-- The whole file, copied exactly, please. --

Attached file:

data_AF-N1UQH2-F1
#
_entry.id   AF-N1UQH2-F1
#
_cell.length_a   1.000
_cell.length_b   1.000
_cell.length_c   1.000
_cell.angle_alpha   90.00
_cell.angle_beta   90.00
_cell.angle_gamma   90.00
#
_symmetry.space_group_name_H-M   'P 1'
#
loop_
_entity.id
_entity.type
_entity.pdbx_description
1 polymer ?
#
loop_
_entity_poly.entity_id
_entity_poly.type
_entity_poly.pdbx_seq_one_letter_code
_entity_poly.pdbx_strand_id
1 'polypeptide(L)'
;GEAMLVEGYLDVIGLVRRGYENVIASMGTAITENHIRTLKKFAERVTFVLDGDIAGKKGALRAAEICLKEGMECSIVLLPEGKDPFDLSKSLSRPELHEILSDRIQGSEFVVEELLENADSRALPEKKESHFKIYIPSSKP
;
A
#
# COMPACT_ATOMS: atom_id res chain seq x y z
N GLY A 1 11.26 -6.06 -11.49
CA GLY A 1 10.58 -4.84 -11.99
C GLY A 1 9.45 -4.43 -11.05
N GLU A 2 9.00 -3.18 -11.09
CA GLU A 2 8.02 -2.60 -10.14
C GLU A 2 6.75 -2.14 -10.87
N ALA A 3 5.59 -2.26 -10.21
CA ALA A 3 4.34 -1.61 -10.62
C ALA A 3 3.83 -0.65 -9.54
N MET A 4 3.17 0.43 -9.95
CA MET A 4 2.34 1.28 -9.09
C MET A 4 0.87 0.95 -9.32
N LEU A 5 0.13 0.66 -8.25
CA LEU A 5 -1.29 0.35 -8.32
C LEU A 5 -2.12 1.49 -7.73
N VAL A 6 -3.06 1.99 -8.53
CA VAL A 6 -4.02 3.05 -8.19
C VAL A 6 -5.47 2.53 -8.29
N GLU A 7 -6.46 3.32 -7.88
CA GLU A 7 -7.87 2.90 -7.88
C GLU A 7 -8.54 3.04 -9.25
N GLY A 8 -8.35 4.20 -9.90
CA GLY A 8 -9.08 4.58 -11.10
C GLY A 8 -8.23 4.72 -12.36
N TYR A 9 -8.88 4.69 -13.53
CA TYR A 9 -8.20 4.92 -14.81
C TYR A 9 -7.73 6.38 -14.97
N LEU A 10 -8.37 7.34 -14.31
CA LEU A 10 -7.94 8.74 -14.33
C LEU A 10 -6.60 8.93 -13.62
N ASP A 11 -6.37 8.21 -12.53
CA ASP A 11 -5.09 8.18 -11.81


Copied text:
data_AF-N1UQH2-F1
#
_entry.id   AF-N1UQH2-F1
#
_cell.length_a   1.000
_cell.length_b   1.000
_cell.length_c   1.000
_cell.angle_alpha   90.00
_cell.angle_beta   90.00
_cell.angle_gamma   90.00
#
_symmetry.space_group_name_H-M   'P 1'
#
loop_
_entity.id
_entity.type
_entity.pdbx_description
1 polymer ?
#
loop_
_entity_poly.entity_id
_entity_poly.type
_entity_poly.pdbx_seq_one_letter_code
_entity_poly.pdbx_strand_id
1 'polypeptide(L)'
;GEAMLVEGYLDVIGLVRRGYENVIASMGTAITENHIRTLKKFAERVTFVLDGDIAGKKGALRAAEICLKEGMECSIVLLPEGKDPFDLSKSLSRPELHEILSDRIQGSEFVVEELLENADSRALPEKKESHFKIYIPSSKP
;
A
#
# COMPACT_ATOMS: atom_id res chain seq x y z
N GLY A 1 11.26 -6.06 -11.49
CA GLY A 1 10.58 -4.84 -11.99
C GLY A 1 9.45 -4.43 -11.05
N GLU A 2 9.00 -3.18 -11.09
CA GLU A 2 8.02 -2.60 -10.14
C GLU A 2 6.75 -2.14 -10.87
N ALA A 3 5.59 -2.26 -10.21
CA ALA A 3 4.34 -1.61 -10.62
C ALA A 3 3.83 -0.65 -9.54
N MET A 4 3.17 0.43 -9.95
CA MET A 4 2.34 1.28 -9.09
C MET A 4 0.87 0.95 -9.32
N LEU A 5 0.13 0.66 -8.25
CA LEU A 5 -1.29 0.35 -8.32
C LEU A 5 -2.12 1.49 -7.73
N VAL A 6 -3.06 1.99 -8.53
CA VAL A 6 -4.02 3.05 -8.19
C VAL A 6 -5.47 2.53 -8.29
N GLU A 7 -6.46 3.32 -7.88
CA GLU A 7 -7.87 2.90 -7.88
C GLU A 7 -8.54 3.04 -9.25
N GLY A 8 -8.35 4.20 -9.90
CA GLY A 8 -9.08 4.58 -11.10
C GLY A 8 -8.23 4.72 -12.36
N TYR A 9 -8.88 4.69 -13.53
CA TYR A 9 -8.20 4.92 -14.81
C TYR A 9 -7.73 6.38 -14.97
N LEU A 10 -8.37 7.34 -14.31
CA LEU A 10 -7.94 8.74 -14.33
C LEU A 10 -6.60 8.93 -13.62
N ASP A 11 -6.37 8.21 -12.53
CA ASP A 11 -5.09 8.18 -11.81